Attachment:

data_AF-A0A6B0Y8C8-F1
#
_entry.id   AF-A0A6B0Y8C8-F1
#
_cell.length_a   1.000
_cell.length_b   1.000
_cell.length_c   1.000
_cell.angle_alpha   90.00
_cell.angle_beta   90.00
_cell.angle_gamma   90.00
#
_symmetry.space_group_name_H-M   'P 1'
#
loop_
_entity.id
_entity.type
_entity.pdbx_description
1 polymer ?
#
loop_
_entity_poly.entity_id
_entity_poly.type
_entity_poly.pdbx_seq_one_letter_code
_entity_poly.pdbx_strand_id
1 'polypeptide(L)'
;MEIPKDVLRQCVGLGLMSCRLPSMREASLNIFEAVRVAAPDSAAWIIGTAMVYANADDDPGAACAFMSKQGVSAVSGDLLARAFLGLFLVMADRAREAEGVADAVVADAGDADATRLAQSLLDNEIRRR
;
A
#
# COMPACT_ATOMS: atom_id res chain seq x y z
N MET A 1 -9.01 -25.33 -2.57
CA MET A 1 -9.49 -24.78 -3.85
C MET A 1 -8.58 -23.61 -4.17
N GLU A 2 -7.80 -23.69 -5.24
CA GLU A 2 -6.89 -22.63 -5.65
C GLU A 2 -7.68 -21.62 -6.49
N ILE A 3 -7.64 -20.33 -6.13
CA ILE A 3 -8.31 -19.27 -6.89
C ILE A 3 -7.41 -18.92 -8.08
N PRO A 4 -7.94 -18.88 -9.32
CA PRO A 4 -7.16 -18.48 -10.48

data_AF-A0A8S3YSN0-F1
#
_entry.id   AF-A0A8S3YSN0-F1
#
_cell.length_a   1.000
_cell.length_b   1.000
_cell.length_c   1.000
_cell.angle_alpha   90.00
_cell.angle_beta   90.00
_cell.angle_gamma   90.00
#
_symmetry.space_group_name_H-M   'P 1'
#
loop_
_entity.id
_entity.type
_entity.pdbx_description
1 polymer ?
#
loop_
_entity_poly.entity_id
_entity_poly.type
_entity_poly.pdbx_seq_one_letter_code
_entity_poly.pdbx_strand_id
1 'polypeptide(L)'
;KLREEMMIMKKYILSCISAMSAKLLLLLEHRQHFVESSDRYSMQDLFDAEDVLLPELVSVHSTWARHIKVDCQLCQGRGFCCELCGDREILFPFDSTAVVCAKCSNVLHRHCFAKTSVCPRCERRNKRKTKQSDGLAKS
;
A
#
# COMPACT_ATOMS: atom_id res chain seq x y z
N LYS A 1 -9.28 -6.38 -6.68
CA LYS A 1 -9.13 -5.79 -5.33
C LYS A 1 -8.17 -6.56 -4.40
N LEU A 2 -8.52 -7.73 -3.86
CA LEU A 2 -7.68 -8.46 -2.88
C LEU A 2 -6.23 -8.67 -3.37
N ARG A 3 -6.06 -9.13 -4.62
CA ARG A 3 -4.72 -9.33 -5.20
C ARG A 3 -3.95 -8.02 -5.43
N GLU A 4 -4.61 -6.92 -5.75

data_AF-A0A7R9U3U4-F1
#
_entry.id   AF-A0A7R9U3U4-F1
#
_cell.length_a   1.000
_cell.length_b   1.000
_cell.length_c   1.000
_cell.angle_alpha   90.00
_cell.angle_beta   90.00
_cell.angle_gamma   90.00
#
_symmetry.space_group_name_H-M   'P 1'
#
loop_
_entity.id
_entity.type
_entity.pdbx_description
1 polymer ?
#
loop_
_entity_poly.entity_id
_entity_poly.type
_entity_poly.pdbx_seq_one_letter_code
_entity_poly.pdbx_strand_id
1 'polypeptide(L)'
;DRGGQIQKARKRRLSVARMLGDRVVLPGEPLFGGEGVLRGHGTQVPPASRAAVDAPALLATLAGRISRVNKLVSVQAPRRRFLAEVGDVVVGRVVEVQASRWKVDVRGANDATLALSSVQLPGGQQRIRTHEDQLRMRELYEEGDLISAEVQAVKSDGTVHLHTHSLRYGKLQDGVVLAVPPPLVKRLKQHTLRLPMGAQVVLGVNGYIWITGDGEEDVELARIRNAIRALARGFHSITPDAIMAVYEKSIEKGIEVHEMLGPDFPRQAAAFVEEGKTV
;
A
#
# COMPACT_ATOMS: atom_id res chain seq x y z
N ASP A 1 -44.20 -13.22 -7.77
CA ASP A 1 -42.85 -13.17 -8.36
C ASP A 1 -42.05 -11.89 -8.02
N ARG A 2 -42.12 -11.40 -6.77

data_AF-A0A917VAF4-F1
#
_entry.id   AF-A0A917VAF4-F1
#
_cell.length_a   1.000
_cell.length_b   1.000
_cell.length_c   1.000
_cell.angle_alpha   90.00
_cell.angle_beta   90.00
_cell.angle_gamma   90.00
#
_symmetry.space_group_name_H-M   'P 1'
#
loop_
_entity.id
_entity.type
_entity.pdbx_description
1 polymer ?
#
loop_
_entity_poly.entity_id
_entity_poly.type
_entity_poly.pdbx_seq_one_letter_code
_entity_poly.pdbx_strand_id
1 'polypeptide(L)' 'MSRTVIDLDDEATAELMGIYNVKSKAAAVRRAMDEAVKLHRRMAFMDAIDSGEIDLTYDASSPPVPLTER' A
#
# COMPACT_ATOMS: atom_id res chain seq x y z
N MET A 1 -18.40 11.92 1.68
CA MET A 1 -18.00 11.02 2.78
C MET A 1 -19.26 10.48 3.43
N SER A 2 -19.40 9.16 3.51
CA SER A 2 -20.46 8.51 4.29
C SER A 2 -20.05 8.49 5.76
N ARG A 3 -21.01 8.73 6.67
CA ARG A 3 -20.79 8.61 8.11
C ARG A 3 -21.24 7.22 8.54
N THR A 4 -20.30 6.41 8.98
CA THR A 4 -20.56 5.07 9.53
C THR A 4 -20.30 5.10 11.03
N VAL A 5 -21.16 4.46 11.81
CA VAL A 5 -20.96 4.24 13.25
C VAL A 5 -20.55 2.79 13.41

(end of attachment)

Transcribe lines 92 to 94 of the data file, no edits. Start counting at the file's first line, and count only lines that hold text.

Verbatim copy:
#
_symmetry.space_group_name_H-M   'P 1'
#